“See all what?”

“See what happens when Trump starts a war. All the people you know who today think Trump is bad. Or the Republicans are corrupt and the NRA is nasty. You watch, as soon as Trump starts the next war. Most of them will say: this is no time for disagreements; now’s the time for unity; we’ve got to stand with the President, even if we didn’t vote for him, even if we oppose him. I’ve seen it happen a few times in my adult life now.”

“How many wars are there?”

“I’ve lost count.”

By now, my daughter was clearing her plates from the breakfast table. “Can I go back to my room, Baba?”

“Sure.” 

As I started washing the dishes, I could hear the strains of Hamilton coming from her room again.

 

Campus Free Speech, or: the Pundits' Dumping Ground

Sometimes history repeats itself, first as news, then as opinion. Last year, liberal and rightwing media reported chilling incidents of how free speech was under attack on university campuses. UC Berkeley students ‘rioted’ in February to prevent Milo Yiannopoulous from speaking. In March, Middlebury College students expressed their opposition to Charles Murray’s invitation in the most ‘uncivil’ terms. In September UC Berkeley administrators spent $600,000 to protect the free speech rights of Ben Shapiro. In that same month, my university invited Attorney General Jefferson Beauregard Sessions to give a talk in which he employed all authority of his office to denounce campus illiberalism. (See my discussion of that here).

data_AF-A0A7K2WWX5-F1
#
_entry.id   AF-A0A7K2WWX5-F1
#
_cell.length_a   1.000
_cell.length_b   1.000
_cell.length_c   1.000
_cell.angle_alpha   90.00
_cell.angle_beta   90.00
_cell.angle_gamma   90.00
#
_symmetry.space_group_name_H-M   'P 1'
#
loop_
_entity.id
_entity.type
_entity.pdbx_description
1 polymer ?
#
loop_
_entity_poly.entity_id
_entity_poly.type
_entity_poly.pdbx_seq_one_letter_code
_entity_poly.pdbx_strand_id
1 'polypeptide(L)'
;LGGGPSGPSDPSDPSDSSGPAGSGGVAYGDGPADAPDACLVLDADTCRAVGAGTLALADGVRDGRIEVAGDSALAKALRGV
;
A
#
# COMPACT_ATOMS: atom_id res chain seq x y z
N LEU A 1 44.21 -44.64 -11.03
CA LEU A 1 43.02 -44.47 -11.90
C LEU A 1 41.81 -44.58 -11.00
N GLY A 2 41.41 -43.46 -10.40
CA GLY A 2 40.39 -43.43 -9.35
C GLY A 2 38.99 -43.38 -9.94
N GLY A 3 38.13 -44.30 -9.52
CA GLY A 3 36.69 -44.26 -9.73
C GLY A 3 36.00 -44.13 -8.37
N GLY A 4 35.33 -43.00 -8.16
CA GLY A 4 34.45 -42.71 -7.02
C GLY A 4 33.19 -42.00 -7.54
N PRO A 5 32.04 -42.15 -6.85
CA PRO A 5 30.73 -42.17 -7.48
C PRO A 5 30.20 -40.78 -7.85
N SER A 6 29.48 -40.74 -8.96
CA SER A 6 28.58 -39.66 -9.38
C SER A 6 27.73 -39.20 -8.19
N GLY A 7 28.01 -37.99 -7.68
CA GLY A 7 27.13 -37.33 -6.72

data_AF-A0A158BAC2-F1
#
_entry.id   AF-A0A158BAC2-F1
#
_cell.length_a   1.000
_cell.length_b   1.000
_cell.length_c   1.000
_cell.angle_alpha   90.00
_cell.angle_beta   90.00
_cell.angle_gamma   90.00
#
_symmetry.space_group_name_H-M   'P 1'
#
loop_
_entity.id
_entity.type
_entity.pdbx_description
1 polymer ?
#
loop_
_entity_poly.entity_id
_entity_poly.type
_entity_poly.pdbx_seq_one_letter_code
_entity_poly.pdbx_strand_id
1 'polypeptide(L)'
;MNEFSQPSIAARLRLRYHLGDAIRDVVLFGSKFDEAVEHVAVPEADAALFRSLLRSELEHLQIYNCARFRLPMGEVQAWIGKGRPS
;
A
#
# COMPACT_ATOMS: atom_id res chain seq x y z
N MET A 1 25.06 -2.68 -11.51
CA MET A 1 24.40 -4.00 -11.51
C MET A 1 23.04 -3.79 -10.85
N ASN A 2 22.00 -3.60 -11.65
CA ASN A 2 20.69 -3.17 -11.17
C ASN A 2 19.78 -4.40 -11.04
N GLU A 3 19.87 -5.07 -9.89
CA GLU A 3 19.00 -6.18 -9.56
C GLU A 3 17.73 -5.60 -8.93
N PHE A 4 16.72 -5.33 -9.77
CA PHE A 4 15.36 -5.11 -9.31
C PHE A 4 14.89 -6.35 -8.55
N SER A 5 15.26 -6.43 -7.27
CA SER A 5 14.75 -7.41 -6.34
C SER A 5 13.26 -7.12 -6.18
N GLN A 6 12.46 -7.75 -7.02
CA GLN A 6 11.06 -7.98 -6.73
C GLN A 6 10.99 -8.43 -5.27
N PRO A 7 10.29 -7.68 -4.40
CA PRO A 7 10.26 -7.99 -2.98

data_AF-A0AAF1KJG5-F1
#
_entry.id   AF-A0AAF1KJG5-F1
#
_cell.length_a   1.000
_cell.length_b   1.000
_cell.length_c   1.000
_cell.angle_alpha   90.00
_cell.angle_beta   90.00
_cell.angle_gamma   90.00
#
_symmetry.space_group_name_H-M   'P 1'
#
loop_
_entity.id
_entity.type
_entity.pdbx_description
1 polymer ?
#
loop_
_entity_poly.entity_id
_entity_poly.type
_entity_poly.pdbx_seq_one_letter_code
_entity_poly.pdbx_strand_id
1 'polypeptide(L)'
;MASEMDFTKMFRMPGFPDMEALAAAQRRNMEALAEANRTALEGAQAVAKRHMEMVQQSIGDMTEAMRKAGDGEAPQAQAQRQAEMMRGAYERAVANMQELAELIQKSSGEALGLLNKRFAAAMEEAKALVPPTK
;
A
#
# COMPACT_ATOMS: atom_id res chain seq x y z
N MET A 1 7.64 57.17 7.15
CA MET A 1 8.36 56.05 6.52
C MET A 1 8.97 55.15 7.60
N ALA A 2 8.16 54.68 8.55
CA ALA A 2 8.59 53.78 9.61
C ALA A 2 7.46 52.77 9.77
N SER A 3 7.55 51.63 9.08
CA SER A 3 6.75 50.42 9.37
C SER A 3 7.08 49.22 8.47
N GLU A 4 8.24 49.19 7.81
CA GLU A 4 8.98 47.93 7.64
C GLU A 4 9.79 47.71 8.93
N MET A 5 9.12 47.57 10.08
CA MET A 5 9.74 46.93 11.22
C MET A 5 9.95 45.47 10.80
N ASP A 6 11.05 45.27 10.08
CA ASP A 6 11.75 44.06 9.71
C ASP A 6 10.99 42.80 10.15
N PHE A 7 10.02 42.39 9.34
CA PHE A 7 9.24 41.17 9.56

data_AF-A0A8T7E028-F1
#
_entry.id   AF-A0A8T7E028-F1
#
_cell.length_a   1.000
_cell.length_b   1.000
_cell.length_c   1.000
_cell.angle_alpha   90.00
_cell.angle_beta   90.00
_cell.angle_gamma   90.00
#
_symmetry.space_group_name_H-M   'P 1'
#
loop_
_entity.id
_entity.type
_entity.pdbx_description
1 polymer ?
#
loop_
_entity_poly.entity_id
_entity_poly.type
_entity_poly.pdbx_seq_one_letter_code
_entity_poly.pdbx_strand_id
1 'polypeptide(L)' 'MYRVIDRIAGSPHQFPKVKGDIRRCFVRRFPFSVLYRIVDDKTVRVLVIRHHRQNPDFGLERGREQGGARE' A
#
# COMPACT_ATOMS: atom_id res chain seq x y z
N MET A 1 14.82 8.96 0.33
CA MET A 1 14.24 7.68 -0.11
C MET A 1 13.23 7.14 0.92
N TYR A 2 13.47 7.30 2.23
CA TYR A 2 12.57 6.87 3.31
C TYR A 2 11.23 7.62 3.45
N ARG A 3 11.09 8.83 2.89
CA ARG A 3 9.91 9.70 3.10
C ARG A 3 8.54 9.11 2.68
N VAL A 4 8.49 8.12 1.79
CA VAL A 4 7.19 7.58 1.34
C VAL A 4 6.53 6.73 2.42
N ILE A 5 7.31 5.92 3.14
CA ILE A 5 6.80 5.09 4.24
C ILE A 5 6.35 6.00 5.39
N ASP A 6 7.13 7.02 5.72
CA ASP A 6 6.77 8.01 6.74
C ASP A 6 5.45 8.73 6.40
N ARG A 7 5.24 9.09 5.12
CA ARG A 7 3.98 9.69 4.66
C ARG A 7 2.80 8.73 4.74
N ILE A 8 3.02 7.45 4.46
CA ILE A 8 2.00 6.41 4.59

Months passed. After Charlottesville, the news spotlight turned from campuses. Occasionally a campus-related incident occurred, but its significance was usually inconclusive. Case in point: Christina Hoff Sommers spoke on 5 March at Lewis and Clark Law School. Students shouted at her. She delivered her talk.  

While no longer a mainstay of news reporting, such events have now become editorial rocket fuel. Last year, New York Times editorial and opinion page gnawed this bone many times over. In recent weeks, they’ve picked it up again as if it were fresh.

So here they are again, condemning the supposed illiberalism of campuses again. For all their practice, they’re no wiser than they were a year ago. They seem to relish nothing more than the hypocrisy they believe to have discovered. J’accuse, they cry: If liberal arts colleges are so liberal, why are they so illiberal when it comes to views they oppose?